We spoke to Dr Keziah Latham, the 2017 winner of the Neil Charman Medal for Research, about her work on low vision, its assessment and its effects. Nominations for the 2020 Research Excellence Awards are now open.
You won The Neil Charman Medal for research on low vision. Can you tell us about your research and how it relates to clinical practice?
I’m interested in assessing the function and needs of people with visual impairment. This covers a range of areas, including the most effective ways to assess clinical visual function, objective assessment of activities, such as through movement analysis, and the development and use of ‘patient-reported outcome measures’ (questionnaires) for appreciating people’s subjective difficulties and quality of life.
I hope my research can improve the efficiency of assessment for both patients and practitioners, so that we can obtain the most useful information in a straightforward way and get better outcomes and services for people with visual impairment.
What has been the biggest challenge you faced during your research career?
Being a single parent hasn’t helped, as it’s more difficult to do things like spend time in other labs and go to conferences. Having said that, academic work can be very flexible which has been invaluable.
How has your work and research progressed since you won the award in 2017?
My primary focus recently has been on projects relating to the rehabilitation needs of visually impaired people over time. I’m also determining appropriate visual function criteria for entry into shooting for the visually impaired - it’s hoped this will become a Paralympic sport.
I spent most of 2019 as acting Head of Department, which did have an impact on research progress, and responding to the current situation with COVID-19 will mean a lot of work to maintain the student experience in terms of teaching. However, I do have some grant applications in progress and if they are successful I will be looking for new PhD students.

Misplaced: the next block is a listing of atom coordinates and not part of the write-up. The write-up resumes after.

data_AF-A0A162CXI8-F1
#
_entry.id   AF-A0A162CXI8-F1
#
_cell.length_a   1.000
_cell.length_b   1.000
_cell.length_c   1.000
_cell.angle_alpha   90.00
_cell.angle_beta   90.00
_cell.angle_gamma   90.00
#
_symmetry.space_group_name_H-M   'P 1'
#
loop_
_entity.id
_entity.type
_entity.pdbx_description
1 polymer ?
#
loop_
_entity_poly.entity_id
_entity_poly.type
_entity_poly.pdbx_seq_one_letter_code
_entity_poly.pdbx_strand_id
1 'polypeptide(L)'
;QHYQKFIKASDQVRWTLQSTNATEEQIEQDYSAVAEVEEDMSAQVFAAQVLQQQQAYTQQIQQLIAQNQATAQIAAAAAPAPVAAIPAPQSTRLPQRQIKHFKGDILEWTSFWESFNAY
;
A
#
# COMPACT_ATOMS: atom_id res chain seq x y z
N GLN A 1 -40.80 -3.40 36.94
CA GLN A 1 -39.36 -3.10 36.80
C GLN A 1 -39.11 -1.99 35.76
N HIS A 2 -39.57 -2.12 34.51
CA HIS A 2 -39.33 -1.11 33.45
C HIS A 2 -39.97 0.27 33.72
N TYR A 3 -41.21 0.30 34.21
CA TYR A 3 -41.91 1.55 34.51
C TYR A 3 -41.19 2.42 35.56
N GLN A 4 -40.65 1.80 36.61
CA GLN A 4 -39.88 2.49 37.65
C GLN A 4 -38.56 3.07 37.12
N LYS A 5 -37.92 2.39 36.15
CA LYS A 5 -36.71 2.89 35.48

I’ve also been awarded a three month sabbatical by Anglia Ruskin University this academic year, which will mean I can catch up on analysing the data which has already been collected.
What advice would you give to an optometrist in practice, interested in pursuing research?
I think the most important thing is to frame the question that you want to answer really carefully. The more clearly you can specify what it is you want to know, and what your hypothesis is, the easier it is to design an experiment to test that question. From there, seek advice. There are lots of aspects to a successful research project that might be new, including ethics, design, and statistics.
What did winning The Neil Charman Medal mean to you?
I was hugely honoured to receive the award. I managed to work out who had nominated me, and it was colleagues whose opinions I regard very highly. It was very special that they took the time and trouble to put me forward for the award, and to receive the accolade from my professional body.
If you would like to nominate yourself or someone else for the 2020 Research Excellence Awards, now is your opportunity. Applications and nominations are open until Monday 13 July 2020. Refer to the guidelines for more information.